Archive for the ‘Baseball’ Category


Sunday, July 3rd, 2016

Our national pastime can be enjoyed in an unforgettable afternoon and evening by attending a California League game, at one of eight minor league stadiums, such as the wonderful venue in the little town of Lake Elsinore, in Riverside county—halfway between Los Angeles and San Diego.




There, on the late afternoon of July 2, 2016, the home club, Lake Elsinore STORM, hosted the Lancaster JETHAWKS, for a delightful and exciting game. The Storm won, 3-1, but for a charmed spectator the outcome was less important than the fun of watching major league prospects show their stuff. For example, a right-handed pitcher, Enyel De Los Santo, seen below, may someday soon join the San Diego Padres, as the Storm is one of the Padre minor league affiliates (farm team).



On this marvelous afternoon The Lancaster JETHAWKS, a Houston Astros minor league club, appropriately named also for its location in the California Antelope Valley, a region long associated with the aerospace industry, was the visiting ball team. Lancaster is about an hour north of Los Angeles.

For a fan who has had the privilege of seeing baseball in many major league parks around the nation and in Canada, this afternoon was as good as most of those experiences. Just to watch batting practice, followed by immaculate grounds keeping work to get the field in perfect playing shape was a treat. As the fans easily strolled into the stadium (with brief stops for what appeared to be serious security checks) the tarpaulins were removed to unveil a mix of perfectly manicured green turf, with brown base paths and a carefully measured pitcher’s mound.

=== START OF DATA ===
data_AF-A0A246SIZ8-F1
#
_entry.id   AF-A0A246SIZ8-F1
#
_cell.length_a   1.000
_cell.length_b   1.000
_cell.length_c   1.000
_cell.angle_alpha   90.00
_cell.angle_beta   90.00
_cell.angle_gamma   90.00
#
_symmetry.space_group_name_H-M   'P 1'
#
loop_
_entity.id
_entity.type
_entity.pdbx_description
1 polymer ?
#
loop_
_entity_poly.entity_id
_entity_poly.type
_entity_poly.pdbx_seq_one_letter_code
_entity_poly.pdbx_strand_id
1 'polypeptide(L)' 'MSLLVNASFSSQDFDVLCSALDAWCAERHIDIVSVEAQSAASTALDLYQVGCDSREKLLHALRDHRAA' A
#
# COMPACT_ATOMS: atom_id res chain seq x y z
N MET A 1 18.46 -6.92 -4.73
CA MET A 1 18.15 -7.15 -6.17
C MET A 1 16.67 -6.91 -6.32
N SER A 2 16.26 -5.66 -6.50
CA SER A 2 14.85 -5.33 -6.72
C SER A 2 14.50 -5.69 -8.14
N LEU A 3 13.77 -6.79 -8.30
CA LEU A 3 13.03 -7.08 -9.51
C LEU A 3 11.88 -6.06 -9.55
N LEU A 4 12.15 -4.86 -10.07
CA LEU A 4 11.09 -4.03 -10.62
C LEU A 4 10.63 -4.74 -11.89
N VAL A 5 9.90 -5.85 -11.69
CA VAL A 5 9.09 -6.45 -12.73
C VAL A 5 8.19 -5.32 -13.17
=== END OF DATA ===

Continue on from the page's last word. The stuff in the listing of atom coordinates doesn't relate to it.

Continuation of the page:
Precisely at 6:05 pm the home plate umpire called, “Play Ball.” (There are two umpires running California League games, compared with four in the majors.) Soon the score was 3 to 1, on an early homerun by the Storm’s Fernando Perez, the designated hitter.

(In the lower minor leagues each team has a “designated hitter, “ a practice first employed in the American League of Major League baseball, giving the pitchers a chance to concentrate on that skill without having to worry about batting.)

As the game progressed—and the fans were clearly patronizing the concession stands for dinner or snacks—the Storm’s efficient media relations specialist, Tyler Zickel, also took to the field between innings to honor local kids and other dignitaries for civic activities. (This also provided a good chance for some fans to ignore the field and get food!)

Lake Elsinore itself, in a beautiful valley setting amid California hills and mountains, was named for a spectacular body of water quite visible from the stadium.   Now somewhat diminished by the terrible California drought, the lake is still a brilliant and lovely natural wonder. Team management schedules almost all games for very late afternoon when the heat of central and southern California has subsided.

If a spectator came to Lake Elsinore early enough to get a look around there were numerous fast food joints, but also three fine restaurants lined up to serve a more discerning taste—a Persian restaurant, next to a really good Mexican place, which was next door to an Italian restaurant with a welcoming and serious menu. For three diners at the Mexican eatery, the total tab came to under $30 for a full and memorable meal. This seemed typical of Lake Elsinore prices.

A nearby Spa advertised serious massage treatment, probably not up to the highest standards of LA or San Diego, but a tired driver could get relief there, before the game. Of course it would be difficult to be too worn out from driving since the time to get to Storm stadium from nearby big cities was a mere hour-and-a-half. Much less driving time would be required if a fan was coming from close in cities in Riverside County or Orange County, both important population centers in California.